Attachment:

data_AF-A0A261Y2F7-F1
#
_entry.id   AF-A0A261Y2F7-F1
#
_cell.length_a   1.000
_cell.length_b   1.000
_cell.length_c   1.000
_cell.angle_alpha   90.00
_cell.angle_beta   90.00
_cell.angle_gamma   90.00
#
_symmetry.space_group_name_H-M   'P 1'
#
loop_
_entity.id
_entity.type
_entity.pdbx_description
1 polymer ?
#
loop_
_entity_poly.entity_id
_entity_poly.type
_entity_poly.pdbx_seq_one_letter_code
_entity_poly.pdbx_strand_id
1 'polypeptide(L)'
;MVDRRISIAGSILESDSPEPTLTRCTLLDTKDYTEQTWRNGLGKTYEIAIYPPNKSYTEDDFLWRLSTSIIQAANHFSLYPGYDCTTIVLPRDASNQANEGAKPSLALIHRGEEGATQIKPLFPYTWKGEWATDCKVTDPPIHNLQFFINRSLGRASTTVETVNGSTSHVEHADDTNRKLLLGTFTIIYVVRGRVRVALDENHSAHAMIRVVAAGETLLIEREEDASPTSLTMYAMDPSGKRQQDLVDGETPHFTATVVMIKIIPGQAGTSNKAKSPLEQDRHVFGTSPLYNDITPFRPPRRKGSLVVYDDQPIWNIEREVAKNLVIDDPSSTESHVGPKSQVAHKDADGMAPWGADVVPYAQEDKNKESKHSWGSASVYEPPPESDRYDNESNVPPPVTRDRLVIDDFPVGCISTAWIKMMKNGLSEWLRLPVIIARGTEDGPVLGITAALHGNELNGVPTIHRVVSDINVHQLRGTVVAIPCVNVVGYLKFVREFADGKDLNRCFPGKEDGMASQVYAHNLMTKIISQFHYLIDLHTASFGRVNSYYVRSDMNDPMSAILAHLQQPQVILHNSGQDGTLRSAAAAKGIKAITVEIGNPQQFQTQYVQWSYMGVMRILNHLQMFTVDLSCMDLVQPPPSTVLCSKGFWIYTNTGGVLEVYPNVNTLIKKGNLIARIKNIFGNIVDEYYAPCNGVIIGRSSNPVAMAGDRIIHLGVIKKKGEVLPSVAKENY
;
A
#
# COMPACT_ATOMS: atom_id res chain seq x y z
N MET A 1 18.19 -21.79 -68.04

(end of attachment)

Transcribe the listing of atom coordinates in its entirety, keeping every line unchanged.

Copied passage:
data_AF-A0A261Y2F7-F1
#
_entry.id   AF-A0A261Y2F7-F1
#
_cell.length_a   1.000
_cell.length_b   1.000
_cell.length_c   1.000
_cell.angle_alpha   90.00
_cell.angle_beta   90.00
_cell.angle_gamma   90.00
#
_symmetry.space_group_name_H-M   'P 1'
#
loop_
_entity.id
_entity.type
_entity.pdbx_description
1 polymer ?
#
loop_
_entity_poly.entity_id
_entity_poly.type
_entity_poly.pdbx_seq_one_letter_code
_entity_poly.pdbx_strand_id
1 'polypeptide(L)'
;MVDRRISIAGSILESDSPEPTLTRCTLLDTKDYTEQTWRNGLGKTYEIAIYPPNKSYTEDDFLWRLSTSIIQAANHFSLYPGYDCTTIVLPRDASNQANEGAKPSLALIHRGEEGATQIKPLFPYTWKGEWATDCKVTDPPIHNLQFFINRSLGRASTTVETVNGSTSHVEHADDTNRKLLLGTFTIIYVVRGRVRVALDENHSAHAMIRVVAAGETLLIEREEDASPTSLTMYAMDPSGKRQQDLVDGETPHFTATVVMIKIIPGQAGTSNKAKSPLEQDRHVFGTSPLYNDITPFRPPRRKGSLVVYDDQPIWNIEREVAKNLVIDDPSSTESHVGPKSQVAHKDADGMAPWGADVVPYAQEDKNKESKHSWGSASVYEPPPESDRYDNESNVPPPVTRDRLVIDDFPVGCISTAWIKMMKNGLSEWLRLPVIIARGTEDGPVLGITAALHGNELNGVPTIHRVVSDINVHQLRGTVVAIPCVNVVGYLKFVREFADGKDLNRCFPGKEDGMASQVYAHNLMTKIISQFHYLIDLHTASFGRVNSYYVRSDMNDPMSAILAHLQQPQVILHNSGQDGTLRSAAAAKGIKAITVEIGNPQQFQTQYVQWSYMGVMRILNHLQMFTVDLSCMDLVQPPPSTVLCSKGFWIYTNTGGVLEVYPNVNTLIKKGNLIARIKNIFGNIVDEYYAPCNGVIIGRSSNPVAMAGDRIIHLGVIKKKGEVLPSVAKENY
;
A
#
# COMPACT_ATOMS: atom_id res chain seq x y z
N MET A 1 18.19 -21.79 -68.04